Ugh . . . I don’t like the standardized tests, but we are required to take one yearly under Minnesota homeschool laws. The compromise is that although we need to sign a form saying that we are taking the test (ideally naming the test and the tester), we don’t have to report the scores to anyone. I guess we just need to say in writing that we promise to assess our children objectively at least once a year?
So we did our nice, quick Peabody again this year. We know our tester, who is a social worker and a homeschooler as well, and she makes the test pleasant and painless. Though we do the test primarily to follow the law, I do try to take practical info away from it.
I’m pleased to see that Violet’s average score went up about 1.5 years in the past year, especially because her main progress was in the “content” areas: science, geography, art, etc. She’s managing to learn some things about the world around her, whether I can see it or not. I’m prompted to keep doing our rather straightforward, dry geography lessons occasionally, as they seem to be sticking. And I think the basic terminology of “social studies,” especially as it relates to forms of social organization and communities, is an important undergirding for her interest in history.
I do wish her math score had gone up more, especially since we covered so much ground in the last year. I guess some of that was just catching up to where she was conceptually already, because her score on the test barely went up a year. According to the test, we have her placed correctly, but she seems to have a hard time retaining things in math. The areas where she stumbled or passed on the question are things she’s done successfully in the past. (She also has a tendency to pass without really looking at the problem.) Once again, appropriate math instruction eludes me! I’m back to the perennial question: review to retain, or progress and allow review to happen in the context of more advanced work? I think developmentally she’s plateauing for a bit in math (our nanny is a child development major, and we chatted about research on math regression during the middle-elementary years).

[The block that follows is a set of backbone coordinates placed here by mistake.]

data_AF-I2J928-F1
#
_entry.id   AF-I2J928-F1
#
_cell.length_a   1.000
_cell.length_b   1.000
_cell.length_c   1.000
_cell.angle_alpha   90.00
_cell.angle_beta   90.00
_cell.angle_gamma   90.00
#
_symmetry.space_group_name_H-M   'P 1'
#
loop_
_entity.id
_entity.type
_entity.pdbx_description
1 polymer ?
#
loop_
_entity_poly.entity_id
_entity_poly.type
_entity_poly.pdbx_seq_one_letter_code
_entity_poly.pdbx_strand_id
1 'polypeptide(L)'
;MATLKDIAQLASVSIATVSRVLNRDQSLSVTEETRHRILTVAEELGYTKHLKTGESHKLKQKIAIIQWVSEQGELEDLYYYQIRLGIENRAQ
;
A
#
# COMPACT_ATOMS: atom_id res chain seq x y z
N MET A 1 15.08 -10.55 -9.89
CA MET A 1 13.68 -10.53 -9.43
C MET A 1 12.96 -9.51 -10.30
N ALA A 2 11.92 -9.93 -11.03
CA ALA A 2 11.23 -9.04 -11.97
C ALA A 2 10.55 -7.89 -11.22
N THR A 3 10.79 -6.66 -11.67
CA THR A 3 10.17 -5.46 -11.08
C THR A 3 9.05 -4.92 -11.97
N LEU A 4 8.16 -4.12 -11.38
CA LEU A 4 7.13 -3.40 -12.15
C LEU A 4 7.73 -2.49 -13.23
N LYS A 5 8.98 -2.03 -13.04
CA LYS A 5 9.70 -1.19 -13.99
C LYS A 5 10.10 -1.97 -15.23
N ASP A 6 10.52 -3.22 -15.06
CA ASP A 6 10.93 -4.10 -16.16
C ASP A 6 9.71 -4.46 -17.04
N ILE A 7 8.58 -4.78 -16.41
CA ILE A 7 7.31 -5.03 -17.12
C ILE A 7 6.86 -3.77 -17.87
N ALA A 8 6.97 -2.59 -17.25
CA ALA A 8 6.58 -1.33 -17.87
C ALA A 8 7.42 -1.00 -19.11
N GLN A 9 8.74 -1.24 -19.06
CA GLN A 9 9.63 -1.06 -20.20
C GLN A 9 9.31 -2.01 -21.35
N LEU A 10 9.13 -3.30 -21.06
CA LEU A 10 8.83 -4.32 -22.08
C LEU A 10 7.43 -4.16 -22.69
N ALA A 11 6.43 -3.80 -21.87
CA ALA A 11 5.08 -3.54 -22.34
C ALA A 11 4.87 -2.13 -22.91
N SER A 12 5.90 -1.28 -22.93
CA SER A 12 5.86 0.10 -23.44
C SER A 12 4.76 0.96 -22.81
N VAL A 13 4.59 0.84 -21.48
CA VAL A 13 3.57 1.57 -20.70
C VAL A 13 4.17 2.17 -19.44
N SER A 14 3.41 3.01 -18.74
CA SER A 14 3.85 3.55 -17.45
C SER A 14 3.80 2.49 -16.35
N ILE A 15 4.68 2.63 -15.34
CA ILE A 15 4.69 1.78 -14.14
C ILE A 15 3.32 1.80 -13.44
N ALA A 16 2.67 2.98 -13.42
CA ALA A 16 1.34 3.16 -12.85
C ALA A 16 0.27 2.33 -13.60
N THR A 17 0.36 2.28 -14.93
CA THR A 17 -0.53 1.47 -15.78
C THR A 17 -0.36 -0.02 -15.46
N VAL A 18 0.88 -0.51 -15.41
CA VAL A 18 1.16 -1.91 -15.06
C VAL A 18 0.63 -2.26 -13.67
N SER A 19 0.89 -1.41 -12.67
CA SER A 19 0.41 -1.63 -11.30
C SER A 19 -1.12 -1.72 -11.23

One downside of this test is that she is hitting very near the top on the reading and spelling sections (she’s at the top in spelling), so year by year she can’t increase very much there scorewise. That means her total/average score can’t really reflect her total/average growth (or at least, growth in terms of the areas covered on the test).
I must tell you, I had been composing a post in my mind where I pleaded for help, because my daughter had actually gone backwards on the test, and that our homeschooling was a total bust, and my parenting a general failure. Think maybe I was a little anxious about it? I would never suggest to someone that a test score was an adequate assessment of his/her homeschooling, but nonetheless I will take a little validation for our choice where I can get it!
In other news, and slightly related, Violet begins rehearsals tonight for her musical! She has a bit part, which I think will be just perfect for her first time. She is so very self-conscious. I am really pleased with the directors of the show. During the audition they were just as sweet and funny as could be, and took every chance to coax Violet out of her shell (yes, she has a shell, when she feels she’s being watched). They were very complimentary about her singing, and they laughed at her line readings, and they were very patient when it took her a few tries to get up the courage to actually start her monologue. At one point before she started, she turned to me and I was worried she was going to cry, but then she stopped talking to me mid-sentence, turned around, and started.
I am so hopeful that this will be a great environment for her to learn about theater and experiment with acting. I hope it will be another outlet for her, like piano and drawing, where she can feel OK about putting a bit of herself out there.
Because she’ll have rehearsals twice a week, we’ll pull back on the math, I think. She’ll have plenty to be thinking about and learning, and we can do some review of those things I thought she already knew!